The cost of protecting Prince Harry, Meghan Markle and 8-month-old Archie isn't cheap – and it's an issue that's proving a huge sticking point in the couple's departure from royal duties.
Overnight, the Queen, Prince Charles, Prince William and Harry gathered at Sandringham for a historic summit to hammer out the details of the Duke and Duchess of Sussex's stunning departure from their senior roles as members of the royal family to a largely private life in Canada and Britain.
According to News.com.au, a number of items were on the agenda – including how Harry and Meghan would extricate themselves from public funding in order to be "financially independent", but it's been widely reported that the couple is requesting taxpayers continue to foot their estimated $1.89 million annual security bill.
In the past, it's been covered as compensation for fulfilling their duties as "senior" royals, but given their unprecedented proposal to effectively work only part-time, their protection entitlements have come into question.
According to The Evening Standard, Canadian Prime Minister Justin Trudeau has offered to pick up around half of the annual security cost for the family.
He "agreed taxpayers in his country should pick up the huge bill for the couple's around-the-clock protection" while they are in the country.
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"Trudeau has privately assured the Queen that Harry, Meghan and Archie's safety will not be jeopardised while they reside there," the publication reports.
However, Canadian Finance Minister Bill Morneau has since hosed down the report.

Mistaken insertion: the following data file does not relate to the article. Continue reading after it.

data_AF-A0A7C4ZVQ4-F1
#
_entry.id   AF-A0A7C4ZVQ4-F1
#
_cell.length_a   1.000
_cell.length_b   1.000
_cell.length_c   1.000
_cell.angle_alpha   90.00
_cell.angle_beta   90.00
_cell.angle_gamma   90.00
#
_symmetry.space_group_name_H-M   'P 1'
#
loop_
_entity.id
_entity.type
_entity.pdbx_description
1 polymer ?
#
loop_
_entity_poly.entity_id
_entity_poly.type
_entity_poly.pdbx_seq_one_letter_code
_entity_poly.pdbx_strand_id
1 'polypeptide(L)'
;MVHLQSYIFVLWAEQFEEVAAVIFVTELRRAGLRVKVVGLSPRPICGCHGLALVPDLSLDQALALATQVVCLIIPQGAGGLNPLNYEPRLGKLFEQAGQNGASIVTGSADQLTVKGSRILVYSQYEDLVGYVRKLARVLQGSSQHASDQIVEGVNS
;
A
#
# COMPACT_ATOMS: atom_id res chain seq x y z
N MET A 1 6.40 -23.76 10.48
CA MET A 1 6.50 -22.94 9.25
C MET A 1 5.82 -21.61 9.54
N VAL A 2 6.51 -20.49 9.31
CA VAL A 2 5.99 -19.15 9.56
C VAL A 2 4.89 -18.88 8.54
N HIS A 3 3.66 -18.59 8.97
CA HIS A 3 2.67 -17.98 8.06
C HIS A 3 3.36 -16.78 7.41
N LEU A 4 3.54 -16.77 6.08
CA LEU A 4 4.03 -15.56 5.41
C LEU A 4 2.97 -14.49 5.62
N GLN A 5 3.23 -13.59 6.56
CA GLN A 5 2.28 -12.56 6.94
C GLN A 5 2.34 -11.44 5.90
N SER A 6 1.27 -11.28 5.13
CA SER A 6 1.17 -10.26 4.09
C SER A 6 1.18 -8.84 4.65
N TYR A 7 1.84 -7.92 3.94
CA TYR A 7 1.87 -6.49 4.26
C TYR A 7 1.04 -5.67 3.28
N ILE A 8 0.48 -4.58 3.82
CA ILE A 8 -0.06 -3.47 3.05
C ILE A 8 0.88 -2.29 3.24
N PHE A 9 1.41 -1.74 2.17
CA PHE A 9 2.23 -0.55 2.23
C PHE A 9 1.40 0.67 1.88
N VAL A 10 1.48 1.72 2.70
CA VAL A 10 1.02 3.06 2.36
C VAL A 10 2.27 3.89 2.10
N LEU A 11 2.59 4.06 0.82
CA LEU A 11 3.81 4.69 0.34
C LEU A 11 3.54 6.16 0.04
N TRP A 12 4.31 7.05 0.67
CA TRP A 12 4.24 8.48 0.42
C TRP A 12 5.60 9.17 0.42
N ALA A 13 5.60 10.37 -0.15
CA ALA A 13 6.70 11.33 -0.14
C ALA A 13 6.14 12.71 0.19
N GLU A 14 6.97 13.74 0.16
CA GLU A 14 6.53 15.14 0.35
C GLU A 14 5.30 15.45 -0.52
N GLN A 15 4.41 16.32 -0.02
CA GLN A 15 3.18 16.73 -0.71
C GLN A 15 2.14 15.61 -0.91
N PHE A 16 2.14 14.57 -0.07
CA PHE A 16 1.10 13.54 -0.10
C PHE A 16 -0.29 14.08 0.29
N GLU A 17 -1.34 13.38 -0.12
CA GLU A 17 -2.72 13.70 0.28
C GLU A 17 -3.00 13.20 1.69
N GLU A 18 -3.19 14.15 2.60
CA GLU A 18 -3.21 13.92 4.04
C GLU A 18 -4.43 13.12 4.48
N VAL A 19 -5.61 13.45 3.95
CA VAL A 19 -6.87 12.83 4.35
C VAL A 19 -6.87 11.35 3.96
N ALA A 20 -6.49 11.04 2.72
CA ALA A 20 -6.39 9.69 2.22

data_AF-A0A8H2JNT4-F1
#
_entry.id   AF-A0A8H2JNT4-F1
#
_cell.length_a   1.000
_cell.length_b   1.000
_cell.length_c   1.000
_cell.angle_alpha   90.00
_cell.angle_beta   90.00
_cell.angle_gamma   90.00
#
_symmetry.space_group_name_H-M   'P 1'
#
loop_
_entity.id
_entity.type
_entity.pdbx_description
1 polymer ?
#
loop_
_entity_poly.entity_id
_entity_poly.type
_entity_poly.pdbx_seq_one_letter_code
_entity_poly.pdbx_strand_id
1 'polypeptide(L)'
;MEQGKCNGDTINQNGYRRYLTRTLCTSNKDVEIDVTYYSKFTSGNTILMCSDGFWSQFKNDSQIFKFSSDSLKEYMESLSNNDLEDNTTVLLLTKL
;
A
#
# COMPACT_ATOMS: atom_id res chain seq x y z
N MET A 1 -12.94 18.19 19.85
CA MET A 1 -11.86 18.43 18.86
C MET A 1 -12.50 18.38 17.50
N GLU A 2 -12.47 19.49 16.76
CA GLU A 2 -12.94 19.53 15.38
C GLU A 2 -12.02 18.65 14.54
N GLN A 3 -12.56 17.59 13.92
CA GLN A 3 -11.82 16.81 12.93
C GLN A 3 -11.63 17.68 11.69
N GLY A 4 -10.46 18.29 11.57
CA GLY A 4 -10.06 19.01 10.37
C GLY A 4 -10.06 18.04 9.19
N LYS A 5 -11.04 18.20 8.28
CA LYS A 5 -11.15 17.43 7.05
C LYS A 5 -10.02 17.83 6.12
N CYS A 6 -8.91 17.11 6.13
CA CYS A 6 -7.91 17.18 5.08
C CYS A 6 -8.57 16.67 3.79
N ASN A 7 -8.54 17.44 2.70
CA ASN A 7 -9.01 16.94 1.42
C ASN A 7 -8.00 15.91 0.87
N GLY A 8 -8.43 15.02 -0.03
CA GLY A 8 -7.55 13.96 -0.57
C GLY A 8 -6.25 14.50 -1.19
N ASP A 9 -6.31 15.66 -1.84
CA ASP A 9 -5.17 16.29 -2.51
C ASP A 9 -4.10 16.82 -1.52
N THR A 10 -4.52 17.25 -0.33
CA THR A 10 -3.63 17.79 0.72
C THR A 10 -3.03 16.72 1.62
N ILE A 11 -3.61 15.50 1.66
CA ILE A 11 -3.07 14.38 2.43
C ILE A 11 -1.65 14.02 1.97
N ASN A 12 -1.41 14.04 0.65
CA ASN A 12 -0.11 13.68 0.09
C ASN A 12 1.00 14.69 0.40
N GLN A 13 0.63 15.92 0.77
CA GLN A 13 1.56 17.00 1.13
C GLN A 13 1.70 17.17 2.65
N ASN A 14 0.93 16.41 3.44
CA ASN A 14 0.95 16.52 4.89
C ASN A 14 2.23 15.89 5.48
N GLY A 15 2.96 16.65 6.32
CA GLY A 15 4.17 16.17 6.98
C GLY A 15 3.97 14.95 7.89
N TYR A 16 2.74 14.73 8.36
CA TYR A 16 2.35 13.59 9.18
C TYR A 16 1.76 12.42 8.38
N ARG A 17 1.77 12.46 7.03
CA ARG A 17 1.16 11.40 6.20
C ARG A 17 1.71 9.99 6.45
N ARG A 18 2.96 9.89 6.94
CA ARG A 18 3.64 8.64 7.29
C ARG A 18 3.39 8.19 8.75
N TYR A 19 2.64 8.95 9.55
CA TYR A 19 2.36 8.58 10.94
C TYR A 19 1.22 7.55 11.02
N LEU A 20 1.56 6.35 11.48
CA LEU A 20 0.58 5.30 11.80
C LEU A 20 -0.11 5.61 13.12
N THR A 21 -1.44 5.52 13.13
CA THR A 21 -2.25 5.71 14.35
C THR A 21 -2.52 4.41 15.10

"No, we haven't spent any time thinking about this issue," he told CBC reporters.
"We obviously are always looking to make sure, as a member of the Commonwealth, we play a role. We have not had any discussions on that subject at this time."
Last week, Harry and Meghan launched their own personal website and outlined their proposal for future funding at the same time as they dropped the bombshell news that they would "step back" from the royal frontline.
However, as SussexRoyal.com hadn't actually been approved by the Queen at the time, it was just that – a proposal.
The paragraph on their website read: "The provision of armed security by The Metropolitan Police is mandated by the Home Office, a ministerial department of Her Majesty's Government, responsible for security and law & order. As stated on gov.uk, 'No breakdown of security costs is available as disclosure of such information could compromise the integrity of these arrangements and affect the security of the individuals protected. It is long established policy not to comment upon the protective security arrangements and their related costs for members of the Royal Family or their residences'."
According to the UK's Telegraph, another option being discussed is the idea of scaling back the number of their taxpayer-funded protection officers and topping up the security team with private bodyguards, paid for by Harry and Meghan.
But the costs of taking care of Harry, Meghan and their baby son outside of established royal residences in Britain will likely skyrocket – and was therefore a major feature of the conversations during the emergency summit.
Last week, Harry and Meghan returned to London and visited Canada House to thank them for their hospitality during a six-week break over Christmas when the couple stayed in Vancouver.
Three days later, Meghan returned to Canada where she had left their eight-month-old son, Archie, with his nanny. The couple have also reportedly taken their two dogs to Canada.
While they appear to be moving full-steam ahead with their relocation plans, in a statement released after the summit, the Queen cautioned that there was still "more work to be done".
"These are complex matters for my family to resolve, and there is some more work to be done," she wrote.
However, the blueprint for the Sussexes "progressive" new future is likely to be public knowledge soon – with the monarch also revealing that she has requested "final decisions to be reached in the coming days".